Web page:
Which of the following drugs would be appropriate for this patient?
A 30-year-old Filipino man, who is a lifelong resident of the San Joaquin Valley,
California presented to the hospital with a 4-day history low-grade fever (99.8 F°), severe
a headache, irritability, and fatigue. Physical examination showed stiff neck and Kerning’s
sign. Microscopic analysis of the spinal fluid revealed spherules filled with endospores.
A. Flucytosine B. Penicillin G C. Gancyclovir D. Amphotericin B E. Gentamicin F. Zidovudine
Amphotericin b-answer: d
the signs and symptoms of the patient suggest the diagnosis of meningitis and the lab results
confirms that tha man is suffering from meningeal coccidioidomycosis. the infection is caused
by coccidioides immitis, a soil mold that lives in semiarid regions of the globe (southwestern
usa, argentina, etc.). inhalation of the arthrospores leads to a primary infection that is
asymptomatic in 60% of individuals. the others develop a flu-like self limited illness called
valley fever or desert rheumatism. following inhalation the arthrospores forms spherules that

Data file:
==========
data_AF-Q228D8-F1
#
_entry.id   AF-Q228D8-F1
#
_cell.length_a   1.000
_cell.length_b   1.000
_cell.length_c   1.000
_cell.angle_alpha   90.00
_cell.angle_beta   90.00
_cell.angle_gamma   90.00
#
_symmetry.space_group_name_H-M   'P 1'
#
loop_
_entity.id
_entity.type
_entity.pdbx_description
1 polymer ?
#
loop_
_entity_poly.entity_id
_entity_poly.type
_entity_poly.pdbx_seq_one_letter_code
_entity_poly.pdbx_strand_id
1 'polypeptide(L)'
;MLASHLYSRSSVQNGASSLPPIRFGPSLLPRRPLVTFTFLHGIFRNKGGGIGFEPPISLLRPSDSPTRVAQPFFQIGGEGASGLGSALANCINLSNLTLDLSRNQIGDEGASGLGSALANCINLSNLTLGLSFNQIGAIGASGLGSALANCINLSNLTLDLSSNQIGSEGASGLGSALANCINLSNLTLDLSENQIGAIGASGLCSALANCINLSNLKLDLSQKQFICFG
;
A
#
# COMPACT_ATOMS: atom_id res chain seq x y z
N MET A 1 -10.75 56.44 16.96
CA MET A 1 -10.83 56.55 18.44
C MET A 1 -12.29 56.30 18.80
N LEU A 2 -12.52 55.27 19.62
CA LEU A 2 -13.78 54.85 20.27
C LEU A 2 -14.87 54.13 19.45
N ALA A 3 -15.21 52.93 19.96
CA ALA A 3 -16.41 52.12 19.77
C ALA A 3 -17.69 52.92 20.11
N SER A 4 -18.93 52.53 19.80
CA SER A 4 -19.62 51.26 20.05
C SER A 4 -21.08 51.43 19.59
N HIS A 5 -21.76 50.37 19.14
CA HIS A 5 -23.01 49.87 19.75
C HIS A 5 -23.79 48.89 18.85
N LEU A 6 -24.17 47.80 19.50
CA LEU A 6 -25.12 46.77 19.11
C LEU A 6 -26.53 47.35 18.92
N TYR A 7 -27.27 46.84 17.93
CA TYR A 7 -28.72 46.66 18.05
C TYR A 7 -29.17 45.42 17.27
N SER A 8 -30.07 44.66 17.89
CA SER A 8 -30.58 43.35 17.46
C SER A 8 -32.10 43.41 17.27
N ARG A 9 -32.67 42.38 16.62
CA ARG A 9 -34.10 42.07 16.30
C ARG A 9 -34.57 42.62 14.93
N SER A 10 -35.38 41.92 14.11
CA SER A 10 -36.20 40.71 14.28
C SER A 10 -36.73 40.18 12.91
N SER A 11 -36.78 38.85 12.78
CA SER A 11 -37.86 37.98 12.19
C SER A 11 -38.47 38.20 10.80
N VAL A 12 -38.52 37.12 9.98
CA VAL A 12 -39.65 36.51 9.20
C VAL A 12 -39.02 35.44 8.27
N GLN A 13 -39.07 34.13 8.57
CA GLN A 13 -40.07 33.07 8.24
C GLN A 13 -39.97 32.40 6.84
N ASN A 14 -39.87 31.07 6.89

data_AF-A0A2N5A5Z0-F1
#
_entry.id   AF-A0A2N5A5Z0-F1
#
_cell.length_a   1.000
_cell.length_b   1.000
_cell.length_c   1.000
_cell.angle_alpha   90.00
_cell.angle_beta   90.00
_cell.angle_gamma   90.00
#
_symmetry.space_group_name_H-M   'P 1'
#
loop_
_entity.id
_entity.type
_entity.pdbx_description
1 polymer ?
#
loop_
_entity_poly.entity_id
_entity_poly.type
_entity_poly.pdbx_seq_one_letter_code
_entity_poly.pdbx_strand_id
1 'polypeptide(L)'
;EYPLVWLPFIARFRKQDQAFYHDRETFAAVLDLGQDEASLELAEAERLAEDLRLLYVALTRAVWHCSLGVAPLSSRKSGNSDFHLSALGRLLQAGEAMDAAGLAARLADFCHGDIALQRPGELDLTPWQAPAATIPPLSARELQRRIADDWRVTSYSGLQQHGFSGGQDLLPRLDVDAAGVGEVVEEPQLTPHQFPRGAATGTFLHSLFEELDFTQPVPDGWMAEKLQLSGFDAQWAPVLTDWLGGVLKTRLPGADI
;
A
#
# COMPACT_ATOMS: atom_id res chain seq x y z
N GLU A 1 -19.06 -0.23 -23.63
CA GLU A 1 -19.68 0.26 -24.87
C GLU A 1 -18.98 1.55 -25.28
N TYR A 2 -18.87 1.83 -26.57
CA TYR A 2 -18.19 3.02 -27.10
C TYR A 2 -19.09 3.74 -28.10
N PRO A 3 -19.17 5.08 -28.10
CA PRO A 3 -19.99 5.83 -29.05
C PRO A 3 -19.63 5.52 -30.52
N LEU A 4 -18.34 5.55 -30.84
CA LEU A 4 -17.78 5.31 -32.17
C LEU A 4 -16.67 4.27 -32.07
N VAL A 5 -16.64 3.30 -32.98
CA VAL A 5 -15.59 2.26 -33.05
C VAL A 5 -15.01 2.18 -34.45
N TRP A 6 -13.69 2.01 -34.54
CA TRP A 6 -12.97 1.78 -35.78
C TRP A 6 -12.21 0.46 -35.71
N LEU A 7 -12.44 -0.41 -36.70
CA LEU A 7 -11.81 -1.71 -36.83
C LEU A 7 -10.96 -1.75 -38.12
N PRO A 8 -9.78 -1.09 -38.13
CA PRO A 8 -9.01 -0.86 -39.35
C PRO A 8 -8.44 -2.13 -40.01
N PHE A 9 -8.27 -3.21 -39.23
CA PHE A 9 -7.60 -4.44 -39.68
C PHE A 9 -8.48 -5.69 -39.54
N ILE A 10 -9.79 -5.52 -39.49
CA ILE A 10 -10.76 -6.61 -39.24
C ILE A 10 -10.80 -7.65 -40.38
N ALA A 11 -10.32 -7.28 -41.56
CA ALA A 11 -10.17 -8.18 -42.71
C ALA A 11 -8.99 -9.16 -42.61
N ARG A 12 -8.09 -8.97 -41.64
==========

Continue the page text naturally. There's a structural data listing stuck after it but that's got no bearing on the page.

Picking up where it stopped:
contain endospores. in biologic specimens these spherules are diagnostic of coccidioides
immitis infection. in less than 1% of individuals a secondary or disseminated infection evolves
within a year after the primary one. this secondary infection is often life-threatening and can
affect many tissues but the most frequent organs are the bone and joints, and the meninges.
untreated meningitis is always fatal.
coccidioides immitis is sensitive to amphotericin b and to antifungal azoles. amphotericin b is
the drug of choice and is usually administered intrathecally in meningeal coccidioidomycosis,
since the drug penetration into the cns is limited.
a) flucytosine can easily enter the brain but is not effective against coccidioides immitis.
b, c, e, f) these agents are not antifungal drugs.